Collaborative Looks to Reduce Hospital Readmissions
Three groups are coming together to form a new statewide initiative to assist in reducing avoidable readmission rates and emergency room visits in Michigan.
The new program, created by The Society of Hospital Medicine (SHM), Blue Cross Blue Shield of Michigan, and the University of Michigan, will soon select 15 hospital and physician care sites in Michigan to participate, with training beginning in May.
The program is based on SHM's Project BOOST (Better Outcomes for Older Adults through Safer Transitions) model, and will be managed by the University of Michigan in collaboration with Blue Cross Blue Shield of Michigan. The Michigan Blues currently provide and administer health benefits to 4.7 million Michigan residents.
Project BOOST, which is just over a year old, is working with hospitals to reduce readmission rates by providing them with proven resources and mentoring to optimize the discharge transition process, enhance patient and family education practices, and improve the flow of information between inpatient and outpatient providers. Project BOOST was developed through a grant from The John A. Hartford Foundation.
Each improvement team will be assigned a mentor to coach them through the process of planning, implementing, and evaluating Project BOOST at their site, according to Mark Williams, MD, who is the principal investigator for Project BOOST. Program participants will receive face to face training and monthly coaching sessions with their mentors—what he calls the "secret sauce" of the program. The sites also participate in an online peer learning and collaboration network.
"BOOST is ongoing at over 30 hospitals right now. What we plan to do with this initiative is bring 15 more online with efforts focused on Michigan hospitals," says Scott Flanders, MD, FHM, director of hospital medicine at the University of Michigan and president of the Society of Hospital Medicine.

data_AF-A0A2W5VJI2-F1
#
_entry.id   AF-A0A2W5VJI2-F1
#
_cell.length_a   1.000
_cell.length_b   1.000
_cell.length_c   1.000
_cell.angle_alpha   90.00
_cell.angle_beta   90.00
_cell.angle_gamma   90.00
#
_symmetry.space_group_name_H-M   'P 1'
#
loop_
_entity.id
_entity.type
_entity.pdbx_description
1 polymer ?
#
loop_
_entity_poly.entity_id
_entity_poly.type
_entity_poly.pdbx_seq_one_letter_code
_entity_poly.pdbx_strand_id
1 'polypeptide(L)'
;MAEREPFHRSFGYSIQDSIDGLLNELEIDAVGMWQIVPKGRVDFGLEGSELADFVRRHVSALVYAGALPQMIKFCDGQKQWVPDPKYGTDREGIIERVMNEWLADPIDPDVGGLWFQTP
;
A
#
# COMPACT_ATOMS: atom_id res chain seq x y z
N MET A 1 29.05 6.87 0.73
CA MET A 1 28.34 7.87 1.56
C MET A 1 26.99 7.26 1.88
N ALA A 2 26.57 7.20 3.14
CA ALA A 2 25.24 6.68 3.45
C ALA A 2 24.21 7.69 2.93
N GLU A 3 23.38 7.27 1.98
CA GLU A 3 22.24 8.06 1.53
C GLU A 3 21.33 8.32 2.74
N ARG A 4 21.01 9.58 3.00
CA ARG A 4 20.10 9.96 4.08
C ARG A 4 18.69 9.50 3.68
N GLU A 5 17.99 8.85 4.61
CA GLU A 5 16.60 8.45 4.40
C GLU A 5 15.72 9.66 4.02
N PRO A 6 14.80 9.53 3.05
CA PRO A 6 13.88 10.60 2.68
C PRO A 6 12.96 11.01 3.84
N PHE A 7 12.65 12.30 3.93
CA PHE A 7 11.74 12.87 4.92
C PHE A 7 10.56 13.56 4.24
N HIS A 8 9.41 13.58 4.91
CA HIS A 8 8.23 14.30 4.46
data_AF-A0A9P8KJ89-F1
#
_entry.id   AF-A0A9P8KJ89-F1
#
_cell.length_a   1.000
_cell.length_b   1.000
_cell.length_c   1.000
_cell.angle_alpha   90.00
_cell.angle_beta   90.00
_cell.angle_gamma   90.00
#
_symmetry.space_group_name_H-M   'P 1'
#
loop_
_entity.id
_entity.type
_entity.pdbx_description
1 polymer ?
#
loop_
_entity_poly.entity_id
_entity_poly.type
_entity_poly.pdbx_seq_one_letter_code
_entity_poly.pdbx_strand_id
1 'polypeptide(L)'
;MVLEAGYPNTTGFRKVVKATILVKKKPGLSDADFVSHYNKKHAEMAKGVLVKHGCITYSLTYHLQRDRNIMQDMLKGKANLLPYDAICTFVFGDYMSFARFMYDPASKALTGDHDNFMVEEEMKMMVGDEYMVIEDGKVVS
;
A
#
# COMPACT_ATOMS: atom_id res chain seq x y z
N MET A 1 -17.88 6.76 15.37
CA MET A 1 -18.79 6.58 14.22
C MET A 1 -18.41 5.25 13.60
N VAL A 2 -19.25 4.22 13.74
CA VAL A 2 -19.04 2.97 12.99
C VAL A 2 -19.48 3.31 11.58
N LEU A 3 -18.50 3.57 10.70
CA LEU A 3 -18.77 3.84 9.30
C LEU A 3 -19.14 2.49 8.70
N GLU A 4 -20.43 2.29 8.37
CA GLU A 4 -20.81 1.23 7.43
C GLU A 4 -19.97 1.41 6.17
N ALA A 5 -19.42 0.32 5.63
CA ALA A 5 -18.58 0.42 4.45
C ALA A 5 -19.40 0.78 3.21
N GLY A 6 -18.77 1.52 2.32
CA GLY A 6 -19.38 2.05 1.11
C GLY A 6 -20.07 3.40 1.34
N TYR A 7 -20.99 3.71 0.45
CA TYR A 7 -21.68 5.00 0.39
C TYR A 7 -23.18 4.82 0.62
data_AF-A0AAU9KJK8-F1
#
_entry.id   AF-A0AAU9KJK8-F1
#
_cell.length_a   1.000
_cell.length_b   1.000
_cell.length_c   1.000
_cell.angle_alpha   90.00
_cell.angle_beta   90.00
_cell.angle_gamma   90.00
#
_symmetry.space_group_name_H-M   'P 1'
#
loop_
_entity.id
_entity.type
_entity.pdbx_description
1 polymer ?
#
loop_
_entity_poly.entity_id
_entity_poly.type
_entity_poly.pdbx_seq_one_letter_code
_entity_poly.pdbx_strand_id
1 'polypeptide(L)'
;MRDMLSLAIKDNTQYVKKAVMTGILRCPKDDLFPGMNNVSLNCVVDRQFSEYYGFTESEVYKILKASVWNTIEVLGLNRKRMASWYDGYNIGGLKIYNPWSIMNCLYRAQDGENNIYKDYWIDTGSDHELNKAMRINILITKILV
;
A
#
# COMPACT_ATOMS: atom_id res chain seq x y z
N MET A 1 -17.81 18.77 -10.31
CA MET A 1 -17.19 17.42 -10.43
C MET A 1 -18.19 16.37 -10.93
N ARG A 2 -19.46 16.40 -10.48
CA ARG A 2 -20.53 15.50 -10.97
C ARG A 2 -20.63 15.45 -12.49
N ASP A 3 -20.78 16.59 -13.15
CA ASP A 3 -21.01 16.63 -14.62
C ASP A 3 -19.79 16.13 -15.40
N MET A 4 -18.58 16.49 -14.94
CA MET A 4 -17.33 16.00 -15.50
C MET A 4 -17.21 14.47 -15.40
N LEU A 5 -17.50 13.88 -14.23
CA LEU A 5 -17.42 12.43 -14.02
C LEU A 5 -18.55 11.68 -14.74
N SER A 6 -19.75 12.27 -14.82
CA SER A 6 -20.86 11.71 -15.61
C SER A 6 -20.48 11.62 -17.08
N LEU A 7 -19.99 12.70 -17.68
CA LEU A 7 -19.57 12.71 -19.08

Examining readmissions and care transitions have been "in the spotlight recently and a major potential area for quality improvement in how we do the care discharge from hospitals," Flanders says. "I think Blue Cross Blue Shield of Michigan recognized that this was a great target area. They were also very interested in partnering with hospitalists [since] hospitalists increasingly are involved in the care of a larger percentage of hospitalized general medical patients across the country, and certainly in the state of Michigan."
Williams added that Project BOOST initially rolled it out in six pilots in fall 2008.Hospitals enrolled in the program can now be found throughout the country.
Some of the early results from the program are:
- At Piedmont Hospital near Atlanta, the rate of unplanned readmissions among patients under the age of 70 participating in BOOST is 8.5%, compared to 25.5% among nonparticipants. The rate among BOOST participants over the age of 70 was 22% versus 26% of nonparticipants at Piedmont Hospital.
- Unplanned 30 day readmissions dropped from 12% to 7% within three months at SSM St. Mary's Medical Center in St. Louis after the facility implemented BOOST at its 33 bed hospitalist unit.
Janice Simmons is a senior editor and Washington, DC, correspondent for HealthLeaders Media Online. She can be reached at email@example.com.
- The Secret to Physician Engagement? It's Not Better Pay
- Two-Midnight Rule Must be Fixed or Replaced, Say Providers
- Yale New Haven Health Partners with Tenet Healthcare in CT
- Don't Underestimate Emotional Intelligence
- Care Coordination Tough to Define, Measure
- 4 Reasons PCMH Principles Aren't Going Away
- Size Matters in Antibiotic Overuse
- Evidence-Based Practice and Nursing Research: Avoiding Confusion
- CDC Warns of Antibiotic Overuse in Hospitals
- SCOTUS Review of NC Board Case 'A Very Big Deal' to Providers